I have to say I was only slightly surprised when the judge in the Zimmerman case gave the jury the option to convict of manslaughter if they could not agree on a conviction of second-degree murder. In legal circles this is known as the “compromise verdict.”

I personally don’t know how a judge can get away with doing that, given the fact that Zimmerman was never charged with manslaughter. Yet it’s a common practice nonetheless.

In the case I was involved in we were given a compromise verdict when the judge charged us following closing arguments. The defendant in this case was charged with at least a dozen crimes, all of which we had the option of finding him not guilty, guilty, or guilty of lesser charges.

Now, you may think a compromise verdict is a good tool for juries. Let me explain to you why it’s not.

On the second day of our deliberations we reached early afternoon and it was clear the stress and strain was beginning to wear on some of my colleagues. By dinner time there were several jury members who didn’t know whether the defendant was innocent or guilty, but believed it was our responsibility to convict him of something — anything — just so we could wrap it up and go home.

They were convinced that he must have done something or else he would not have been in court. They were also convinced, because of his demeanor on the witness stand, that he must be guilty of something; even if that something wasn’t what he was being charged with.

My friends, that’s not the way the law works. The prosecution did not prove its case beyond a reasonable doubt. The jury does not have the convenience of convicting just because they believe they need to do something. They certainly don’t have the right to convict simply so they can wrap it up and go home. Offering the jury a compromise verdict provides the temptation to do both of those things.

Just as a side note, the second jury to sit on our case ended up with the same problem we had: the prosecution did not prove guilt beyond a reasonable doubt. The only difference is that the second jury settled on a compromise verdict.

Jumping to Conclusions

The last thing I want to address has less to do with the case itself and more to do with you and I. I can best explain it by telling you another part of my own story.

In our case, I was one of three holding out for a not guilty verdict. Toward the end of deliberations one of the other jury members asked me if I refused to convict because I was a Christian and my religious views would not allow me to do so. It was a dumb question, but valid in his eyes nonetheless.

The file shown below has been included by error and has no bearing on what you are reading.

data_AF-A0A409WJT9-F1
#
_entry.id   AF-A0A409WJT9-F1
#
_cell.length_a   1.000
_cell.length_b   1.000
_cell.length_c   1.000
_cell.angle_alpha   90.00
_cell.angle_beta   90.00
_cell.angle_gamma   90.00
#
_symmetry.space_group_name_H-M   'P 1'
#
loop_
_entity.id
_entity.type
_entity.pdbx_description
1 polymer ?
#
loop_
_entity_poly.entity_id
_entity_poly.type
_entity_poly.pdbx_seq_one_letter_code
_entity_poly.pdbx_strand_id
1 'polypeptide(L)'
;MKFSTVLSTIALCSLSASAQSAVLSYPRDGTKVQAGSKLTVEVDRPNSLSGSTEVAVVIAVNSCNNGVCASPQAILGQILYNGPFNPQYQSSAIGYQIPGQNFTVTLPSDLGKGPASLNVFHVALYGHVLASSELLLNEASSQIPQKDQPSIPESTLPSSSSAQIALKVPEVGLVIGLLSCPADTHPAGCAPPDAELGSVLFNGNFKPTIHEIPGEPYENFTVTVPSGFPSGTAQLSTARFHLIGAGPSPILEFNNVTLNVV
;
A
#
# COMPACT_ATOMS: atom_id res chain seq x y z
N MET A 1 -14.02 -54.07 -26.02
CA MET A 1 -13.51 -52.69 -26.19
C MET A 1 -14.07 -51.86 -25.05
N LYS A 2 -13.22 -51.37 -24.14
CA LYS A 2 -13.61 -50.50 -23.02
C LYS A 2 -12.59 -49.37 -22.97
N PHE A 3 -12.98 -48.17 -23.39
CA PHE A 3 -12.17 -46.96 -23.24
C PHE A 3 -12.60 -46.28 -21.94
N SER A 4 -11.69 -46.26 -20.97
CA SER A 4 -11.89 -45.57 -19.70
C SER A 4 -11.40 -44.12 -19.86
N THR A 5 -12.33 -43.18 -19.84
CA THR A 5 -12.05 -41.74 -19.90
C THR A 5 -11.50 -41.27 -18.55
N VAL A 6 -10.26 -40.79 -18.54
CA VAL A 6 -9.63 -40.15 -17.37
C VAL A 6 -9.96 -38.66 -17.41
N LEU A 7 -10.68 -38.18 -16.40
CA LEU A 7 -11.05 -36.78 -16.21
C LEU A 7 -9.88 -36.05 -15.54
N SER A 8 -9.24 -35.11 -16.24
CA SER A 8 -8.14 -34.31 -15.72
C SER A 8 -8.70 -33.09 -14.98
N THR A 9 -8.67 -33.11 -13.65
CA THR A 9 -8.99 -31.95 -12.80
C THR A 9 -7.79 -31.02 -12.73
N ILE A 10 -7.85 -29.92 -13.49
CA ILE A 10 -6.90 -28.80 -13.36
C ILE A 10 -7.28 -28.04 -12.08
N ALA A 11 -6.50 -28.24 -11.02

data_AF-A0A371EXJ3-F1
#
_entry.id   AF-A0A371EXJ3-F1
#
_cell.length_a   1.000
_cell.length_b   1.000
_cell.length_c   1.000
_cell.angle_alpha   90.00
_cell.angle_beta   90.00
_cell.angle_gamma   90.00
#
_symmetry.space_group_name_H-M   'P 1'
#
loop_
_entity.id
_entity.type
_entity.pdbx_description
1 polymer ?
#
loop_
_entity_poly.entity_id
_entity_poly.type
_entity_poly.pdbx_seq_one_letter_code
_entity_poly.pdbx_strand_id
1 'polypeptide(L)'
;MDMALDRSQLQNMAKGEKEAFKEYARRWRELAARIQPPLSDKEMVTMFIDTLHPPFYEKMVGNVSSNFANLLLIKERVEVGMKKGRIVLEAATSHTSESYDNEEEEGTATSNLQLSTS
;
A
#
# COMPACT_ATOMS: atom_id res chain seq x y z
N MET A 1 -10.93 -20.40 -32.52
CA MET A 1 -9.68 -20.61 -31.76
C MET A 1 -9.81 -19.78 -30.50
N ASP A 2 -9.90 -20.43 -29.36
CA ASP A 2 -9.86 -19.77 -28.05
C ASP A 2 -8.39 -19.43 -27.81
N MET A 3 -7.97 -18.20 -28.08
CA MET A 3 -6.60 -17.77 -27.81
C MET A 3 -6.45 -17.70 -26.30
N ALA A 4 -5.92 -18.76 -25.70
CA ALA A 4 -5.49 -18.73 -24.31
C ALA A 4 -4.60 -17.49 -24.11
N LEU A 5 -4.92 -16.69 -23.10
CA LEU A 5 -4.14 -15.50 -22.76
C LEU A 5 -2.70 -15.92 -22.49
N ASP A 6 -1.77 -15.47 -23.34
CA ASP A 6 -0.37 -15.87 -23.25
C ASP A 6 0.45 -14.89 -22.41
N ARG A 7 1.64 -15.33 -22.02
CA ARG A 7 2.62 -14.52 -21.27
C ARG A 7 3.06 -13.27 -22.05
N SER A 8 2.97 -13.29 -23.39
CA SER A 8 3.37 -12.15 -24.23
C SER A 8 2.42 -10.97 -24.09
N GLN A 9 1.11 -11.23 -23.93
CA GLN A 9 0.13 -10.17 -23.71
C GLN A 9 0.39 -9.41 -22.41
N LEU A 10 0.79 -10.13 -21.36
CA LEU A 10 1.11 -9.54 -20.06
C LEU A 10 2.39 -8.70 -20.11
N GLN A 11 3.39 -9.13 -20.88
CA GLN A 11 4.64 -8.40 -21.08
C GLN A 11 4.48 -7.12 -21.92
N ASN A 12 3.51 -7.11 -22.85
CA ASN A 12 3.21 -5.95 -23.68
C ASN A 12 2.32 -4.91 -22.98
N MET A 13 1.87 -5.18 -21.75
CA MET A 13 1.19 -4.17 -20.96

My response to him is just as applicable today, so I’ll share it with you. As calmly as I could, I stood up and addressed the jury, telling them the following:

Our country’s legal system is based on two things: binding law and the presumption of innocence. The law clearly states that the prosecution must prove its case beyond reasonable doubt and that the defendant is presumed innocent until proven otherwise.

It is not up to the defendant to prove himself innocent. The law says he IS innocent until the evidence proves otherwise. In our case, as in the Zimmerman case, the prosecution failed to prove guilt beyond a reasonable doubt. Therefore, according to the law, the defendant cannot be convicted.

To make my point I then challenged my fellow jury members to put themselves in the place of the defendant. Let me challenge you likewise.

Let’s say you are arrested and charged with a crime. Do you want the jury to follow the law? Do you want them to presume you innocent until the facts prove otherwise? Do you want them to simply convict you of something because news reports portray your guilt? Do you want them to convict you after 20 long hours simply so they can go home and enjoy the rest of the weekend?

I stood my ground in our case because it is simply wrong to convict a defendant without the proper evidence. If that means the guilty party gets away scott-free, so be it. It’s far better than a system that convicts with impunity because of politics, convenience, or money.

If you were in George Zimmerman’s shoes, you would expect no less from a jury of your peers. So would I.

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  7. Trisha

    I watched this video the other night and it shed some light on the Zimmerman case. I’m not going to say that I followed the case closely. Quite to the contrary actually, I have avoided it. I do not watch much tv during the day and usually stick to shows I know I like. I avoid broadcast news for the same reason I avoided the court trial news. I do not feel any of it has any true value to me. That being said this video (among others I have watched) along with other information I have found out, lead me to believe that Zimmerman was not the person shown to America during the news reports I have heard about from friends who have closely watched this case.
    Although I do not agree with this guy on all parts (where he inserts his opinion) the facts he lists show me a different scene of events then ones the media would like one to believe. I have never been on a jury, much to my relief, but I can imagine it being a taxing event. Unfortunately, not every citizen is as concerned with justice being found. I’m glad to hear that there are some, like you, do.

    In all things keep an open eye, an eye on the truth and on justice….